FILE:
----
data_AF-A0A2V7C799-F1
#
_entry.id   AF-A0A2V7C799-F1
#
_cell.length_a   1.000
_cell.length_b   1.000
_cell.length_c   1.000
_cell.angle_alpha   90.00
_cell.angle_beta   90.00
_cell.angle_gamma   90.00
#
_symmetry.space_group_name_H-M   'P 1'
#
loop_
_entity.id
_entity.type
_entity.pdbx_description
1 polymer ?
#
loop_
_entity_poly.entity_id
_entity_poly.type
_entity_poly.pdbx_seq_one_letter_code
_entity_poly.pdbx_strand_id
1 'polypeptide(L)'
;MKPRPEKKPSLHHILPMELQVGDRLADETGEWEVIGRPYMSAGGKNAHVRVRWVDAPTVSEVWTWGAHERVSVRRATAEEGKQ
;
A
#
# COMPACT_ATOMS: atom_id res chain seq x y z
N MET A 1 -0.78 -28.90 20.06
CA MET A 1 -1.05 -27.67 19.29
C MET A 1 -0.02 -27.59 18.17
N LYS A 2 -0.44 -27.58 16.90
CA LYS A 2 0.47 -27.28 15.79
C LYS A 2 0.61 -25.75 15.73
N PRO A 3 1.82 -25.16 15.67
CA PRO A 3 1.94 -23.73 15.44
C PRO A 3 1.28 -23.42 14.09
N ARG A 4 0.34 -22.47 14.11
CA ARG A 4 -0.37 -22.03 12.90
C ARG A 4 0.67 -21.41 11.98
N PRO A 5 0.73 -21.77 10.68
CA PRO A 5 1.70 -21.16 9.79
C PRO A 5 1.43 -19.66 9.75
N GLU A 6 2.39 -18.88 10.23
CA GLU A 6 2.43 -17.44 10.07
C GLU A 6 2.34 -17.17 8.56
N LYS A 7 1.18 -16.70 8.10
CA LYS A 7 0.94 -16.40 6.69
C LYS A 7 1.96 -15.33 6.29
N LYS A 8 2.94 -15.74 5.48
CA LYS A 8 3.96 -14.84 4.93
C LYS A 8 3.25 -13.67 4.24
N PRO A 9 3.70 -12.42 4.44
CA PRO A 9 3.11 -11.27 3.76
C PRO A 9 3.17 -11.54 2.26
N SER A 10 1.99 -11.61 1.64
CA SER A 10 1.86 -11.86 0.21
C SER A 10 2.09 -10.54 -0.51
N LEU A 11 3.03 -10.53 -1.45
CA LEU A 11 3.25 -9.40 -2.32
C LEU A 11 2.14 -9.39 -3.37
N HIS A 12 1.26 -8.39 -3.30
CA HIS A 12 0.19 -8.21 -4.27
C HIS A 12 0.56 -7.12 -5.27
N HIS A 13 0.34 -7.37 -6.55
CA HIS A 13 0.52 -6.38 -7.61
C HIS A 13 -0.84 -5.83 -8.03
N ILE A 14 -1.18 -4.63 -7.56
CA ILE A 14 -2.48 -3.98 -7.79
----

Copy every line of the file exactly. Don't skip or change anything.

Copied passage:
data_AF-A0A2V7C799-F1
#
_entry.id   AF-A0A2V7C799-F1
#
_cell.length_a   1.000
_cell.length_b   1.000
_cell.length_c   1.000
_cell.angle_alpha   90.00
_cell.angle_beta   90.00
_cell.angle_gamma   90.00
#
_symmetry.space_group_name_H-M   'P 1'
#
loop_
_entity.id
_entity.type
_entity.pdbx_description
1 polymer ?
#
loop_
_entity_poly.entity_id
_entity_poly.type
_entity_poly.pdbx_seq_one_letter_code
_entity_poly.pdbx_strand_id
1 'polypeptide(L)'
;MKPRPEKKPSLHHILPMELQVGDRLADETGEWEVIGRPYMSAGGKNAHVRVRWVDAPTVSEVWTWGAHERVSVRRATAEEGKQ
;
A
#
# COMPACT_ATOMS: atom_id res chain seq x y z
N MET A 1 -0.78 -28.90 20.06
CA MET A 1 -1.05 -27.67 19.29
C MET A 1 -0.02 -27.59 18.17
N LYS A 2 -0.44 -27.58 16.90
CA LYS A 2 0.47 -27.28 15.79
C LYS A 2 0.61 -25.75 15.73
N PRO A 3 1.82 -25.16 15.67
CA PRO A 3 1.94 -23.73 15.44
C PRO A 3 1.28 -23.42 14.09
N ARG A 4 0.34 -22.47 14.11
CA ARG A 4 -0.37 -22.03 12.90
C ARG A 4 0.67 -21.41 11.98
N PRO A 5 0.73 -21.77 10.68
CA PRO A 5 1.70 -21.16 9.79
C PRO A 5 1.43 -19.66 9.75
N GLU A 6 2.39 -18.88 10.23
CA GLU A 6 2.43 -17.44 10.07
C GLU A 6 2.34 -17.17 8.56
N LYS A 7 1.18 -16.70 8.10
CA LYS A 7 0.94 -16.40 6.69
C LYS A 7 1.96 -15.33 6.29
N LYS A 8 2.94 -15.74 5.48
CA LYS A 8 3.96 -14.84 4.93
C LYS A 8 3.25 -13.67 4.24
N PRO A 9 3.70 -12.42 4.44
CA PRO A 9 3.11 -11.27 3.76
C PRO A 9 3.17 -11.54 2.26
N SER A 10 1.99 -11.61 1.64
CA SER A 10 1.86 -11.86 0.21
C SER A 10 2.09 -10.54 -0.51
N LEU A 11 3.03 -10.53 -1.45
CA LEU A 11 3.25 -9.40 -2.32
C LEU A 11 2.14 -9.39 -3.37
N HIS A 12 1.26 -8.39 -3.30
CA HIS A 12 0.19 -8.21 -4.27
C HIS A 12 0.56 -7.12 -5.27
N HIS A 13 0.34 -7.37 -6.55
CA HIS A 13 0.52 -6.38 -7.61
C HIS A 13 -0.84 -5.83 -8.03
N ILE A 14 -1.18 -4.63 -7.56
CA ILE A 14 -2.48 -3.98 -7.79